Photographer Pete Souza on capturing two White House presidencies

The former Chief Official White House Photographer, known for his iconic images of the Obama presidency, is in Hyderabad for a photography summit

If you follow Pete Souza – the American photojournalist who served as the Chief Official White House Photographer for US Presidents Barack Obama and Ronald Reagan – you will know that he is not shy about his disdain for Donald Trump.

Souza, currently in Hyderabad as keynote speaker and masterclass host for the PEP Photo Summit, is quick to clarify that his outspoken views do not stem from partisan politics. “I worked for both a Republican and a Democrat,” he points out. “I just think Trump disrespects the office of the Presidency and I feel it is my civic duty to speak out in my own small way.”

During his eight-year-tenure chronicling Obama, Souza and his team captured around 20,000 pictures a week. This includes the now-viral shot taken in the White House’s situation room during the raid on Osama bin Laden, and the President playing with a security advisor’s daughter in the Oval Office.

The approach towards chronicling Reagan and Obama, says the photographer, was the same. But social media and digital photography meant that the latter’s images reached a larger audience, making Souza well known across the world. “I would have made the same pictures regardless of whether they were for immediate consumption or just for the archive,” he clarifies.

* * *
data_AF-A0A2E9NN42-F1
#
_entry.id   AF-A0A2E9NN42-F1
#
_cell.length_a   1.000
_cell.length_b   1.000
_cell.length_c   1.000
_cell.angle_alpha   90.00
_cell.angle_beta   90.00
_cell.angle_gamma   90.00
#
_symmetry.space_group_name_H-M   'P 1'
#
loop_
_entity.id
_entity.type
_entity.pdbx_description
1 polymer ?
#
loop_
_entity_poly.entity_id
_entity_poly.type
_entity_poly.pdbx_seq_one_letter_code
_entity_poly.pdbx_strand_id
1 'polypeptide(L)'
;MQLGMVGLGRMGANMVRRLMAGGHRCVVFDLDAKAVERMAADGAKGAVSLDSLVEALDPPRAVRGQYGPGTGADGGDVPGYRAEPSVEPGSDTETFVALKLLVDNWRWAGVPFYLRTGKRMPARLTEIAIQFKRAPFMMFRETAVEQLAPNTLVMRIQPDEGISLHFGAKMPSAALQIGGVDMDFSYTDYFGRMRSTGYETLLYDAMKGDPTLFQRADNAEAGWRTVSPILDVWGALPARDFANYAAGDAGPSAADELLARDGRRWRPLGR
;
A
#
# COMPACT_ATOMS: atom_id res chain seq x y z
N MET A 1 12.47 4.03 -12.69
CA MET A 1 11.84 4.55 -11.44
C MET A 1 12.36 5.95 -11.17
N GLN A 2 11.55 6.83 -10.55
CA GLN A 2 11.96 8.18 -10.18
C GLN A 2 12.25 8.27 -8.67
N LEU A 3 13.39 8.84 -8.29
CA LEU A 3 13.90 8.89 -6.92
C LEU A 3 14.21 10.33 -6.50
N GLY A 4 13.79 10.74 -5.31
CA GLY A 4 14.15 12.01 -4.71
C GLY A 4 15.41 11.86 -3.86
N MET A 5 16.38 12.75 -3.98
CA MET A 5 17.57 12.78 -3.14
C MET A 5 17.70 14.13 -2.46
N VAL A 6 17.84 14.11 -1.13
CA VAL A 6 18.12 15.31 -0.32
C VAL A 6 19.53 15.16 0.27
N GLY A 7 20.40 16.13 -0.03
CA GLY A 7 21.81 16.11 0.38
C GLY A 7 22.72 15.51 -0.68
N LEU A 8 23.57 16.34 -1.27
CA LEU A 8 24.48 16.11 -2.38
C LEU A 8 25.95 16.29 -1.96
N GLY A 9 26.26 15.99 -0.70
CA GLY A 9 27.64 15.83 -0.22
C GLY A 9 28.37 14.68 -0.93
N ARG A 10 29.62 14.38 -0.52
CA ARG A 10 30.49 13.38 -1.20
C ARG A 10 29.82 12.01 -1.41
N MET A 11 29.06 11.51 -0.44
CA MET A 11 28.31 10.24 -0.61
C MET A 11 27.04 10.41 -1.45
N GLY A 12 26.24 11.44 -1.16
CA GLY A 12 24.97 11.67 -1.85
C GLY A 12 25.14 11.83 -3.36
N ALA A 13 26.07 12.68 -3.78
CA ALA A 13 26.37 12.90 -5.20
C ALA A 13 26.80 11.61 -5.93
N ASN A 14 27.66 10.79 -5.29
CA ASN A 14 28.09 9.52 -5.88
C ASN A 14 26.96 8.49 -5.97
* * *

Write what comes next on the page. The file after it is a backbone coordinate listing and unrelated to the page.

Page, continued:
But eight years, he points out, “is a long time in terms of having no personal life”, given that the job was an ‘around-the-clock’ one. “So I was relieved and happy when we walked out the door on the last day. The most difficult adjustment is my entire work family all went their separate ways all at once. These are people I interacted with every day, and suddenly January 20, 2017, comes along and it’s over.”

Even though his background is as a journalist, Souza sees his role as a visual historian. As he correctly points out, “Since I was working for the government, it’s difficult to call it journalism.” But he drew from his early experience to take authentic photographs, which, with their depictions of intimate moments of the president and his family, helped endear the Obamas to the world.

Since leaving the White House, Souza has published two books. The first, Obama: An Intimate Portrait, is self-explanatory. The second, Shade: A Tale of Two Presidents, places photographs of the former president next to tweets from Donald Trump. When asked if he would be interested in chronicling another White House presidency, he responds with an emphatic “No!”.